Imagine with me for a moment. Come on; it will only take a minute.
Imagine that you arrive at work tomorrow to find your co-worker in deep distress. She just received a call that her mom suffered a stroke and is being rushed to the hospital.
This distraught colleague is inconsolable. Your heart hurts for her. You urge her to get to the hospital. You even offer to cover for her. But, she decides to diligently finish her deadlines for the day, then race to her mom’s side right after work.
You pray persistently for your co-worker throughout the night and return early to the office for updates. When she arrives, though, she explains that some pressing matters sidetracked her last evening. She adamantly insists that tonight she must see her mom.
The next morning, with a little less urgency, you check on your friend. She laments that the whole ordeal has stressed her to the max. In fact, the escalating exhaustion forced her to collapse in the bed right after work. She assures everyone that tonight is the night she will get to the hospital.
After a few days, neither this woman’s compelling words nor her convincing cries have any power to persuade you that “mama” is a priority to her. You become a bit numb to her “desperation.” What you see exposes the insincerity of what she says.
Wouldn’t this get under your skin? Admit it. It kind of makes your blood boil! The mama in you wants to get up in her face and set things straight.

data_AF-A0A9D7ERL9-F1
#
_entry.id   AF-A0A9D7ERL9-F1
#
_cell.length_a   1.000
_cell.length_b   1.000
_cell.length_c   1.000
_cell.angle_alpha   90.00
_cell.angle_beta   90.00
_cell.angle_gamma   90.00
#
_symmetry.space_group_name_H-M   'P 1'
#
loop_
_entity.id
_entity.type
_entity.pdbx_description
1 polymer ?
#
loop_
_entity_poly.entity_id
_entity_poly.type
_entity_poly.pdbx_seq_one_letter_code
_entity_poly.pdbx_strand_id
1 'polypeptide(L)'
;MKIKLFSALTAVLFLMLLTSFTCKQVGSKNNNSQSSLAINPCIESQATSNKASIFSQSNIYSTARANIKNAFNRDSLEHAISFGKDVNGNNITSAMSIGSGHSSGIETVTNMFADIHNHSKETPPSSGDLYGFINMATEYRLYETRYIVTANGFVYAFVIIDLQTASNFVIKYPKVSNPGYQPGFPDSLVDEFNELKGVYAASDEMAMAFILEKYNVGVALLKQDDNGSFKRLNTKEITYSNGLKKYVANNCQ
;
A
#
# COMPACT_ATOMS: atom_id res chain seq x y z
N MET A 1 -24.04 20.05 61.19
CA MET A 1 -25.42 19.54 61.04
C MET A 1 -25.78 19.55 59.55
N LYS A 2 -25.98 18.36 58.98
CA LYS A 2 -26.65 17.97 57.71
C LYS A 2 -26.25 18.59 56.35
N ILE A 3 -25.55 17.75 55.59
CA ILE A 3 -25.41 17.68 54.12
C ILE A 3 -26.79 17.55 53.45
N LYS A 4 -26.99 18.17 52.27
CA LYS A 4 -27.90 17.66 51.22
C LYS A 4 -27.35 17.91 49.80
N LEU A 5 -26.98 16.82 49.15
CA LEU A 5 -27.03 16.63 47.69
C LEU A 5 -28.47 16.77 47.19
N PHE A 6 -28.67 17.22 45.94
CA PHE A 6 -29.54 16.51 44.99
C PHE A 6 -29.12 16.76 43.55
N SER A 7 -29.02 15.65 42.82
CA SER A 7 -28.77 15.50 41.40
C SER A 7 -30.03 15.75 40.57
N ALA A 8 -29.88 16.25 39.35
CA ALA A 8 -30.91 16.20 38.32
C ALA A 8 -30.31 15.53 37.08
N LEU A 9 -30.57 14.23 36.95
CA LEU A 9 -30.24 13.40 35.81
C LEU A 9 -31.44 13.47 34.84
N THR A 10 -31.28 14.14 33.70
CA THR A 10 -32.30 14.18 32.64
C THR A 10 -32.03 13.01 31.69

But whoa there, Sally! Pause it for just a second.
How many times have we communicated priorities to our children, yet allowed our actions to completely undermine the truth we speak?
Take a moment to let that sink in.
Look, folks, children don’t know what you think. They don’t even care how you feel. They are unfazed by your intentions. None of that matters unless you say it and they see it.
If the “saying” and the “seeing” are not married, our words ring hollow, and our living falls flat.
If I tell my children it is worthwhile to help those who cannot help themselves, but they never see me go out of my way to help others, my words mock me.
If I try to convince my kids that prayer is important, but they never see me pray, no matter how persuasively I convey this truth, they are not buying it.
Our kids may not listen well, but they mimic masterfully.
Witnessing us emulate what we say produces real impact. When we take the next step and invite our kids to participate alongside us, the priority becomes exponentially more powerful. Truth gets caught, rather than merely taught. It makes its home so deeply in their souls that, over time, it becomes their “operating system’s” default setting. The priority settles into their hard drive to stay.
Children are amazing imitators. So why not show them something absolutely amazing to imitate?
Parenting is not for wimps. It’s hard work. In fact, it is the hardest work we will ever love. The work of walking our talk pays great dividends as our children emulate it in themselves! We write on the lives of our generations, not with a pencil or disappearing ink, but with permanent marker. God has put it in our hands, Parents. As that canvas of our generations stretches across the days and years, may we love the marks we make!
For comments or prayer, contact Dr. Lanier at HopeCommunityChurch.tv.